LAURA BUCKMAN/AFP/Getty Images
- US Rep. Marc Veasey, a Democrat from Texas, works odd jobs in his time between sessions of Congress.
- Most recently, he took to the roads of Dallas-Fort Worth as an Uber driver.
- In an interview with Business Insider, the congressman said he’s excited about the future of the gig economy as a way for people to find flexible work.
One American Airlines employee had an unexpected driver for her Uber ride back to Dallas-Ft. Worth International Airport in April: the US representative for the district just south of the carrier’s headquarters and main hub.
It wasn’t his regular part-time job — a congressional salary is enough to pay the bills for now — rather, it was the latest in Marc Veasey’s quest to meet as many of his Texas constituents as possible.
"What really surprised me was how many people use Uber in Dallas-Fort Worth, even with the distance," Veasey said in a phone interview with Business Insider from his Washington D.C. office. "It’s a lot more expensive here than in D.C."
It’s far from the first odd-job Veasey, a Democrat who represents Texas’ 33rd congressional district, has worked in his time away from the House chamber. In past recesses, he’s worked for FedEx, a firehouse, and hotels. Uber, however, was his first taste of the massive and quickly growing gig economy.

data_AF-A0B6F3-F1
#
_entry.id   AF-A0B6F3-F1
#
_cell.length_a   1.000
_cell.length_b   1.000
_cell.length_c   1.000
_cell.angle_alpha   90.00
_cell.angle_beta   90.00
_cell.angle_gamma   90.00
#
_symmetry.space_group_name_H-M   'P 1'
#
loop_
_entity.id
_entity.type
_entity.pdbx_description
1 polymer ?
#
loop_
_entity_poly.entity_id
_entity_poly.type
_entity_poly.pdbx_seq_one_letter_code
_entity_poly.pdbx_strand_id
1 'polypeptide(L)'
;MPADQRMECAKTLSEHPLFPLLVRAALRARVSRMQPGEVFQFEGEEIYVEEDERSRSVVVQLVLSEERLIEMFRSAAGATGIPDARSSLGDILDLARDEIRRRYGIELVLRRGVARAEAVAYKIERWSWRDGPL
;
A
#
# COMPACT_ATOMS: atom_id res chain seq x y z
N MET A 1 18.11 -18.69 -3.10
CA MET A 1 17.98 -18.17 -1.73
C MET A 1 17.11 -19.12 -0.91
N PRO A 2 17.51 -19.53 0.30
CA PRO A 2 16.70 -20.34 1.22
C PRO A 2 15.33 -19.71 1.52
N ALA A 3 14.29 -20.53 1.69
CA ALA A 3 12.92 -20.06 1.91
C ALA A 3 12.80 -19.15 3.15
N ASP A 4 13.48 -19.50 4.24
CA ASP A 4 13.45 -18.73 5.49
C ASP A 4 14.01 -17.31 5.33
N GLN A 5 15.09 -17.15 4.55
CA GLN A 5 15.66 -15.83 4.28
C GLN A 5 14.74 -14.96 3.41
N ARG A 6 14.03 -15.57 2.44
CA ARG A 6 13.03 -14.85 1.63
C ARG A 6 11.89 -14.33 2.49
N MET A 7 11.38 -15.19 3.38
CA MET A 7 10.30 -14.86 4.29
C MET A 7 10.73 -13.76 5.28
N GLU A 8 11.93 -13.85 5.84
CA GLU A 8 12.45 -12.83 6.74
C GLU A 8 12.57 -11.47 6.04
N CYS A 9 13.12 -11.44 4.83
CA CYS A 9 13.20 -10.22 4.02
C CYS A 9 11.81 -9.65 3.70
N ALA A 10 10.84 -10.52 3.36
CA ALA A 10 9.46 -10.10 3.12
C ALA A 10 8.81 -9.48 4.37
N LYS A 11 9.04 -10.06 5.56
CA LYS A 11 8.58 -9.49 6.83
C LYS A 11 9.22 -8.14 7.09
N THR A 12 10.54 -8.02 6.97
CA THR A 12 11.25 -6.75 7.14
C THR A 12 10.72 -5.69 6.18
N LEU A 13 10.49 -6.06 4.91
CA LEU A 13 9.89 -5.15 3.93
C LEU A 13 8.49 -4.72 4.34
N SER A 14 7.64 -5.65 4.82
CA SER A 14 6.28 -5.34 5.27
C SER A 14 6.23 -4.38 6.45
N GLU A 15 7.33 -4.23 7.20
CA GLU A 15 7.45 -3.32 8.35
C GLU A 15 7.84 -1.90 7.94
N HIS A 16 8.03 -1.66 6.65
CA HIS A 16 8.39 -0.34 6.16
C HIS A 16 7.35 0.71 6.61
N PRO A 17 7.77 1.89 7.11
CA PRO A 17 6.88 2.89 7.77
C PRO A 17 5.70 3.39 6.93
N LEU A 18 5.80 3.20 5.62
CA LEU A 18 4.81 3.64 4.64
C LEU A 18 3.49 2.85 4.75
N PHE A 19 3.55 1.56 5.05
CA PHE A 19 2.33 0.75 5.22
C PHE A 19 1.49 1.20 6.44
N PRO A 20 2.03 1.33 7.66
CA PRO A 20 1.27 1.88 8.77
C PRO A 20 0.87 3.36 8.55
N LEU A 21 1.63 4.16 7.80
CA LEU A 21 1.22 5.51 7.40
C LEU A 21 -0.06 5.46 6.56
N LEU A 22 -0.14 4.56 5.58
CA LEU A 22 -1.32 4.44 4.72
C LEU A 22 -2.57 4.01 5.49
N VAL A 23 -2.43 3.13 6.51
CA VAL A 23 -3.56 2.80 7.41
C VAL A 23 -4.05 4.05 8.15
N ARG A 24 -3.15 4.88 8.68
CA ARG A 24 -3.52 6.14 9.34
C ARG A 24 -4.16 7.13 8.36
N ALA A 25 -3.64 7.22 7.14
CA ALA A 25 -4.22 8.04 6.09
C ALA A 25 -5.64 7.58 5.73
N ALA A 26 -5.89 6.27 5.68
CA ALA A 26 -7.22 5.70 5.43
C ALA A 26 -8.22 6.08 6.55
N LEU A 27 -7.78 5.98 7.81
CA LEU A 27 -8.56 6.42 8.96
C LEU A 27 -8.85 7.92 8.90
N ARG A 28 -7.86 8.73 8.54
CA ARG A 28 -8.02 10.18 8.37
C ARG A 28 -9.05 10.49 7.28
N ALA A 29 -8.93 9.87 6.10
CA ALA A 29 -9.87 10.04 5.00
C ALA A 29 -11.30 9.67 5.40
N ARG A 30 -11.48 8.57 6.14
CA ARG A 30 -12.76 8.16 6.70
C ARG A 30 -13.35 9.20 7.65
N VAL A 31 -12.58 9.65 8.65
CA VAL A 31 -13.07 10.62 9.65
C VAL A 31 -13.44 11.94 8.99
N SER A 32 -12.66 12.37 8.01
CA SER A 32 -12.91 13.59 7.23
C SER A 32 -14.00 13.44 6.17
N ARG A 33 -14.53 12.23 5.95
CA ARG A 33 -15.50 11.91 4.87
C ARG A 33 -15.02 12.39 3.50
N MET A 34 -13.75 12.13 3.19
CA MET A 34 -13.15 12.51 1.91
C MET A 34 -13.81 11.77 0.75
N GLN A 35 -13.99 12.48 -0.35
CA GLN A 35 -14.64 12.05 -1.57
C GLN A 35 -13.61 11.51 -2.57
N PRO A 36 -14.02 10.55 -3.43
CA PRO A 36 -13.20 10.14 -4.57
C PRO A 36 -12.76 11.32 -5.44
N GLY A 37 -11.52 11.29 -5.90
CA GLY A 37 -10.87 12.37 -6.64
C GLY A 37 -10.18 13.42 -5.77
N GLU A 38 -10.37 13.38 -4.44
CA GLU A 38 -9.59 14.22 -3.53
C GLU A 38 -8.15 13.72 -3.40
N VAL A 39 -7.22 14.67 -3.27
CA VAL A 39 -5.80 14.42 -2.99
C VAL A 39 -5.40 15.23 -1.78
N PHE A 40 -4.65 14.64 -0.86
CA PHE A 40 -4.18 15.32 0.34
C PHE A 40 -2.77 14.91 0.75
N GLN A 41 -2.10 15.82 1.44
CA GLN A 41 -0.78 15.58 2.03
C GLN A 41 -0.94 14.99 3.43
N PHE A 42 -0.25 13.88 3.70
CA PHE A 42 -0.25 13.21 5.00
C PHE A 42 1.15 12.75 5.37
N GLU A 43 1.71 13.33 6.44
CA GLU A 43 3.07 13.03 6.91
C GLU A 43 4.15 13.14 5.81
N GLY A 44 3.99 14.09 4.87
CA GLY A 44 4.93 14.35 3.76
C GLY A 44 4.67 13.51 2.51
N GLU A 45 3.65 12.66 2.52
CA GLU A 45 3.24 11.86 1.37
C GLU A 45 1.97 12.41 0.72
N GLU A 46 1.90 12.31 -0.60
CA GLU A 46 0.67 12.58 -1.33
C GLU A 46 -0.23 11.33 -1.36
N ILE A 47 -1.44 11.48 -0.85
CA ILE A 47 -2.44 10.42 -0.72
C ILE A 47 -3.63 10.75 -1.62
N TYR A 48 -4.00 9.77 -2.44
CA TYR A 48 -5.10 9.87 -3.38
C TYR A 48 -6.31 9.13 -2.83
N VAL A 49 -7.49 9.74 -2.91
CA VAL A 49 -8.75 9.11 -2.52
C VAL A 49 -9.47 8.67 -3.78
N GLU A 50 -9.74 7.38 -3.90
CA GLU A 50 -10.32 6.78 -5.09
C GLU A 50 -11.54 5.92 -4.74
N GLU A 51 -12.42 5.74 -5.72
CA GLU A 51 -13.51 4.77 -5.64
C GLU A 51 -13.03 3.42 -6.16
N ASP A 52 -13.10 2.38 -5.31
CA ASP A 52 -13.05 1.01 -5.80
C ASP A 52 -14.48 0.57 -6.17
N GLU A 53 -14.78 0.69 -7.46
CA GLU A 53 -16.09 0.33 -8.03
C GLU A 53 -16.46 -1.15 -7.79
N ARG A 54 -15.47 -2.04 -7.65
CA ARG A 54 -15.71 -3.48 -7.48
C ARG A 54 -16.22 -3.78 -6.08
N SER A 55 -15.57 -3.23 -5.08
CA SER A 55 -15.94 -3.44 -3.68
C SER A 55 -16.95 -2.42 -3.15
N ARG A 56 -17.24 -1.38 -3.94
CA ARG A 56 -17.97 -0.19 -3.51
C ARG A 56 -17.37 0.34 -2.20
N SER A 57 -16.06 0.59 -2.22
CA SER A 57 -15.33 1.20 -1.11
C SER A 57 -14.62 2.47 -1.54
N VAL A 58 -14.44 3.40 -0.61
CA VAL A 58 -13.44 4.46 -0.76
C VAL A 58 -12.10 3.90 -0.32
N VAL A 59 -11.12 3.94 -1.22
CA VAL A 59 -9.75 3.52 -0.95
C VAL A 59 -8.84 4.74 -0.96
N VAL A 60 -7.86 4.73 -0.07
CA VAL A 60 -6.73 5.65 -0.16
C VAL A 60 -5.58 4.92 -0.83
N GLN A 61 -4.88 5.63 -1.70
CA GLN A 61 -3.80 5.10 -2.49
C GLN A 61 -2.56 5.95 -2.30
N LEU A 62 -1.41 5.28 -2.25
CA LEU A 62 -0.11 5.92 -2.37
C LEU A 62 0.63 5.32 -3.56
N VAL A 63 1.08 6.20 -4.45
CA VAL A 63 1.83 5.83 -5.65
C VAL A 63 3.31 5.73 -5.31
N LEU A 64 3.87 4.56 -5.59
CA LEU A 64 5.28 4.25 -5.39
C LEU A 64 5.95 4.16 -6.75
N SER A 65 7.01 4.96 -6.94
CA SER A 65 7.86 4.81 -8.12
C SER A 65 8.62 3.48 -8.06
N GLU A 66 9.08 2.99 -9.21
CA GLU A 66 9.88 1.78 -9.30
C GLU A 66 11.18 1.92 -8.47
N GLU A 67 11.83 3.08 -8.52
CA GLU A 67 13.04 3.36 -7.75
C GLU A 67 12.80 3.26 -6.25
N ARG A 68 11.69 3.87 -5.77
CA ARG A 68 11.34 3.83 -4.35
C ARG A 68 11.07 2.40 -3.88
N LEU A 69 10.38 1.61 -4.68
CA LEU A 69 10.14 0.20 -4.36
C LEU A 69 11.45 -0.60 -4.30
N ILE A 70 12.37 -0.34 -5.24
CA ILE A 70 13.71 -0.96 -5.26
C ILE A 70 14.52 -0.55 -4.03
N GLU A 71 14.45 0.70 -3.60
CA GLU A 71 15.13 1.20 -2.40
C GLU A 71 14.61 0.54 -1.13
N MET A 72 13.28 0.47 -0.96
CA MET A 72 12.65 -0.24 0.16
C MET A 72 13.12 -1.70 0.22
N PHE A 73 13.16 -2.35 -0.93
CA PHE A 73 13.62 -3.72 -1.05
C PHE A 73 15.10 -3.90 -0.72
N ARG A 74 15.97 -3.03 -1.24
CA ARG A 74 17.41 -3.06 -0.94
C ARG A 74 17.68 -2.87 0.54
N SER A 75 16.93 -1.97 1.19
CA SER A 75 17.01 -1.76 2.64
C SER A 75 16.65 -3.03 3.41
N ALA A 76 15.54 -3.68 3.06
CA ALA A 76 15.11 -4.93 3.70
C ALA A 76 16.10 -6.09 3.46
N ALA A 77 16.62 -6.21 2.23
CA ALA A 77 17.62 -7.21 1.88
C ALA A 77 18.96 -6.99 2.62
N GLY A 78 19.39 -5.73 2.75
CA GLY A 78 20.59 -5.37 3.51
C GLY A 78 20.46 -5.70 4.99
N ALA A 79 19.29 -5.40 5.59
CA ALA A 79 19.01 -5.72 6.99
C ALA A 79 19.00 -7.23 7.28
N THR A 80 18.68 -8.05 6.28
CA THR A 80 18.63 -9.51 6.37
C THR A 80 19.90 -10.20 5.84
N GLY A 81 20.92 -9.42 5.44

"I think it’s pretty awesome," he said. "This economy gives people the opportunity to participate at all levels if you want to. If you’re a single mom, a college student, if you’re someone who’s retired, you can also participate just by being a driver and having a phone."
To be sure, while millions of drivers have found flexible work with a low barrier to entry on apps like Uber and Lyft, plenty of others attempting to use the platforms full-time have struggled to make ends meet. In Washington D.C, a Georgetown University study found many drivers take home weekly incomes that put them well below the federal poverty line, in addition to experiencing the loneliness that comes when your boss is an algorithm behind a phone screen.
Veasey says local regulations are the best answer to ensuring drivers are treated fairly, like the minimum wage rule in New York City, which was upheld by a state judge last week after being challenged by Lyft in a lawsuit. Caps on the number of drivers in an area, for example, are something Veasey said he could support.
"You hate to tell someone that they can’t participate in this economy," he said. "I’m sure the people that have already made an investment in this and that want to do it as a full-time job probably appreciate knowing that there will be more available fares for them to really make this work for them."
"How cities go about handling that in the future is going to be really interesting to see from a technology perspective" Veasey said.
- Uber and Lyft drivers reveal the most annoying things that passengers do during rides
- Tesla cut the price of the Model 3 in Canada so buyers can get a government tax credit
- The median Tesla employee made 81% more than the median American in 2018